At the Boundary of Normal: History and Horror – A Guest Post by Andrew Knighton

Today we have a guest blog post by Andrew Knighton, author of The Sound of Stones from Alt Hist Issue 9.

At the Boundary of Normal: History and Horror

History and horror have a lot in common. Not just through their ability to bring darkness into fiction, but through the way they make us feel. It makes them a perfect combination of genres.

The Essence of Horror

Horror stories are all about events at the edge of normal reality. A clown who tips over from unsettling into sinister. Shadows in the woods that move from more than just the wind. A stranger in the street who is stranger than we ever imagined.

As explained in an article at Filmmaker IQ, while grounded in reality and relevance, horror also requires us “to face the unknown – to understand it and make it less scary”.

The Essence of Historical Fiction

Historical fiction also lies at the boundary between the familiar and the unknown. The life we see is like ours but different. People live, love and work much like ourselves. They have families and faith, feelings and furniture, the same range of sublime and the mundane as us. They may even live in the same places we do, share our religion, nationality or politics, depending upon the book and the reader.

Yet life in historical fiction is also different. When people sit down to dinner the food is not quite like ours. The clothes are different. The houses are different. They live in our reality, but made unfamiliar by time.

With both placing us at the edge of our reality, it’s almost inevitable that history and horror can work well together.

Foreshadowing Through Difference

One of the most obvious ways in which a historical setting can support horror is through foreshadowing. The different beliefs of people in the past can be used to bring in ideas that we no longer find plausible, such as monsters in the forest or the existence of demons. Ordinary conversations can refer to elements of the supernatural, setting them up to emerge later in the story.

The different reality of the historical past can also be used to foreshadow danger. Medieval Europe was rife with inter-personal violence, in the streets as much as the battlefields. The Aztec empire was the site of brutal human sacrifices. Hunger and disease plagued humanity from the dawn of time. Such themes can be used to create a sense of dread even before the supernatural enters. In a story like Charlotte Bond’s The Poisoned Crow, the dread of violence and forced marriage sets the tone from the start.

Creeping in Through the Unfamiliar

Unfamiliarity can misdirect the reader as much as it prepares them. A malformed stranger and a beast growling in the forest may make us fear that the moment of horror has come, only for them to be unmasked as a leper and a wolf. Tension is built and relieved for a greater shock later.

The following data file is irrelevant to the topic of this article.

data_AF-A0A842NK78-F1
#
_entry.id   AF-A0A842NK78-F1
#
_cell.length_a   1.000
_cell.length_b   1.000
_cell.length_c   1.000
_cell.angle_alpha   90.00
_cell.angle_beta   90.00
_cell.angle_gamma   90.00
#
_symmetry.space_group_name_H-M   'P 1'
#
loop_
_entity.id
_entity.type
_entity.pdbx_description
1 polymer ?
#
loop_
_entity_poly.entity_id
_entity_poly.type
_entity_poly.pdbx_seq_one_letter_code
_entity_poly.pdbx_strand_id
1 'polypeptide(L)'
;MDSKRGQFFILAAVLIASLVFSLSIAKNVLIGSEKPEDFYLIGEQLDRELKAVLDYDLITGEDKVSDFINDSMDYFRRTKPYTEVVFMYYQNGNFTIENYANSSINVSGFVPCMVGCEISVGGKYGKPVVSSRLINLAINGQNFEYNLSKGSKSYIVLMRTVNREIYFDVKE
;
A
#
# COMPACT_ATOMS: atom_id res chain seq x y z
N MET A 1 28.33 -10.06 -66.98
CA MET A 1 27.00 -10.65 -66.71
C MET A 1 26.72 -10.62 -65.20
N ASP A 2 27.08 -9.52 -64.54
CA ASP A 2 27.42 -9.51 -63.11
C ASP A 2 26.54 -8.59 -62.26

All the while, the feelings provoked by history and by horror accentuate each other. By facing both at once, we get a deeper sensation of something familiar and yet unfamiliar, something not quite right. David Tallerman’s The War of the Rats deliberately toys with combining the unusual and the mundane. A rat infestation is made worse by the trenches of World War One, becoming something truly horrific. The combination of the ordinary and the awful makes the story more unsettling than if it were set in the modern world.

Horror and history play similar tricks on our minds. They play those tricks particularly well when they get together.

About the Author

Andrew is a Yorkshire based ghostwriter, responsible for writing many books in other people’s names. He’s had over fifty stories published in his own name in places such as Daily Science Fiction and Wily Writers. His historical short story Honour Among Thieves is available for free from Amazon or Smashwords. You can find stories and links to more of his books at andrewknighton.com and follow him on Twitter where he’s @gibbondemon.

Alt Hist Issue 8 – eBook on Kindle publishes on 31st October 2015

Just a reminder that Alt Hist Issue 8 will publish on 31st October 2015 for Kindle – the pre-order price is cheaper than the published price will be – so go and grab a copy now. eBooks from other retailers and Print issues will be available about a week later.

Stories include:

  • Demons and the Deep Blue Sea by Andrew Knighton
  • Dewey Defeats Truman by Mark Devane
  • His Last Day by Richard Buxton
  • The Retreat Proceeded Orderly, at Least    by Kenan Orhan
  • The Fullness and the Hollowness by Jonathan Doering
  • Small Miracles by Jonathan Doering

Pre-order now via Amazon.com | Amazon.co.uk | Barnes & Noble | Smashwords

Alt Hist Issue 8 – Pre-orders Available

Alt Hist Issue 8 - Provisional Cover copyOrder your copy of Alt Hist Issue 8 now before the official release date and benefit from special pre-order pricing!

I am very pleased to announce that Alt Hist Issue 8 is now available for pre-ordering in eBook format. Currently its available on Amazon and also Barnes & Noble. Details of pre-ordering via other retailers will follow soon – hopefully next week. The publication date is 31st October. The running order below may change as may the cover image.

The price for pre-orders is $2 cheaper than the price will be once published – so well worth placing your order now!

The eighth issue of the popular magazine of historical fiction and alternate history contains six great new short stories, including two new stories in the Battalion 202 series and tales featuring the American Civil War, the First World War, Second World War alternate history and the Middle Ages.

Stories include:

  • Demons and the Deep Blue Sea by Andrew Knighton
  • Dewey Defeats Truman by Mark Devane
  • His Last Day by Richard Buxton
  • The Retreat Proceeded Orderly, at Least    by Kenan Orhan